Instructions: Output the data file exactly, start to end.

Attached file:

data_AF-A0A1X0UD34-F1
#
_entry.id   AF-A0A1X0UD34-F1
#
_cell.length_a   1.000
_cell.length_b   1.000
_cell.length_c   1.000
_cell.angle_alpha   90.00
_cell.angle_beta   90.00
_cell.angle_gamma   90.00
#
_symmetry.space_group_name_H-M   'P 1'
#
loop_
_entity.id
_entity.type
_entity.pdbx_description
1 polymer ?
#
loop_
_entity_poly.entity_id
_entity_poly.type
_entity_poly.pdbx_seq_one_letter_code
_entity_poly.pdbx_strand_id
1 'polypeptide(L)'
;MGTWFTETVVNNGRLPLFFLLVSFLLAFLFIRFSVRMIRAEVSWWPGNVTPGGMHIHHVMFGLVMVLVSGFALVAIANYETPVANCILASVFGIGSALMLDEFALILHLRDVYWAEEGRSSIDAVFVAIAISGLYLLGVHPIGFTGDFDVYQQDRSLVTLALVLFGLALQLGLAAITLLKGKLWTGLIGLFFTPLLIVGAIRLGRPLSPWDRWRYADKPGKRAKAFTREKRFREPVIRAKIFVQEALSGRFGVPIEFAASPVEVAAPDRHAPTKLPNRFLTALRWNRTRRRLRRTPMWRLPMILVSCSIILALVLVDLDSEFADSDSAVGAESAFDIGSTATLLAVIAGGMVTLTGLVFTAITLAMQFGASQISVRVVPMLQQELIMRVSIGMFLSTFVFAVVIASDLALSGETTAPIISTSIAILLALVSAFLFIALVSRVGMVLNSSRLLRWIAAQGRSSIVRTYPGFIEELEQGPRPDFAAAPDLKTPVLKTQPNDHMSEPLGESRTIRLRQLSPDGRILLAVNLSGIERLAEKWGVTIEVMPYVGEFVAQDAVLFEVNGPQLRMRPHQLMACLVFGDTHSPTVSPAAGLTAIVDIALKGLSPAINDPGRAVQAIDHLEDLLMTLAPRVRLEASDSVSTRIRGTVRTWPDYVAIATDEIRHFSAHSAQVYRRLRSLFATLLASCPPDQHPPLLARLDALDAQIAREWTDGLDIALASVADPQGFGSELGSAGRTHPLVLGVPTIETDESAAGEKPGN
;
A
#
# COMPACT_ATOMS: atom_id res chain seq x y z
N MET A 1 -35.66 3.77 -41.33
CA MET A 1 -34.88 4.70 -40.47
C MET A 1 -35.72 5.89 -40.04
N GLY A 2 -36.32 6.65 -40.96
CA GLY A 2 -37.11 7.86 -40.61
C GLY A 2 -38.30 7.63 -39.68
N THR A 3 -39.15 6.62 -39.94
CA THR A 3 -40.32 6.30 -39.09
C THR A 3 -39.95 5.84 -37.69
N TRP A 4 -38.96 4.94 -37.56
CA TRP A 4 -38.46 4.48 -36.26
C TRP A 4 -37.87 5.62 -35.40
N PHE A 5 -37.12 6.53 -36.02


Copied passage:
data_AF-A0A1X0UD34-F1
#
_entry.id   AF-A0A1X0UD34-F1
#
_cell.length_a   1.000
_cell.length_b   1.000
_cell.length_c   1.000
_cell.angle_alpha   90.00
_cell.angle_beta   90.00
_cell.angle_gamma   90.00
#
_symmetry.space_group_name_H-M   'P 1'
#
loop_
_entity.id
_entity.type
_entity.pdbx_description
1 polymer ?
#
loop_
_entity_poly.entity_id
_entity_poly.type
_entity_poly.pdbx_seq_one_letter_code
_entity_poly.pdbx_strand_id
1 'polypeptide(L)'
;MGTWFTETVVNNGRLPLFFLLVSFLLAFLFIRFSVRMIRAEVSWWPGNVTPGGMHIHHVMFGLVMVLVSGFALVAIANYETPVANCILASVFGIGSALMLDEFALILHLRDVYWAEEGRSSIDAVFVAIAISGLYLLGVHPIGFTGDFDVYQQDRSLVTLALVLFGLALQLGLAAITLLKGKLWTGLIGLFFTPLLIVGAIRLGRPLSPWDRWRYADKPGKRAKAFTREKRFREPVIRAKIFVQEALSGRFGVPIEFAASPVEVAAPDRHAPTKLPNRFLTALRWNRTRRRLRRTPMWRLPMILVSCSIILALVLVDLDSEFADSDSAVGAESAFDIGSTATLLAVIAGGMVTLTGLVFTAITLAMQFGASQISVRVVPMLQQELIMRVSIGMFLSTFVFAVVIASDLALSGETTAPIISTSIAILLALVSAFLFIALVSRVGMVLNSSRLLRWIAAQGRSSIVRTYPGFIEELEQGPRPDFAAAPDLKTPVLKTQPNDHMSEPLGESRTIRLRQLSPDGRILLAVNLSGIERLAEKWGVTIEVMPYVGEFVAQDAVLFEVNGPQLRMRPHQLMACLVFGDTHSPTVSPAAGLTAIVDIALKGLSPAINDPGRAVQAIDHLEDLLMTLAPRVRLEASDSVSTRIRGTVRTWPDYVAIATDEIRHFSAHSAQVYRRLRSLFATLLASCPPDQHPPLLARLDALDAQIAREWTDGLDIALASVADPQGFGSELGSAGRTHPLVLGVPTIETDESAAGEKPGN
;
A
#
# COMPACT_ATOMS: atom_id res chain seq x y z
N MET A 1 -35.66 3.77 -41.33
CA MET A 1 -34.88 4.70 -40.47
C MET A 1 -35.72 5.89 -40.04
N GLY A 2 -36.32 6.65 -40.96
CA GLY A 2 -37.11 7.86 -40.61
C GLY A 2 -38.30 7.63 -39.68
N THR A 3 -39.15 6.62 -39.94
CA THR A 3 -40.32 6.30 -39.09
C THR A 3 -39.95 5.84 -37.69
N TRP A 4 -38.96 4.94 -37.56
CA TRP A 4 -38.46 4.48 -36.26
C TRP A 4 -37.87 5.62 -35.40
N PHE A 5 -37.12 6.53 -36.02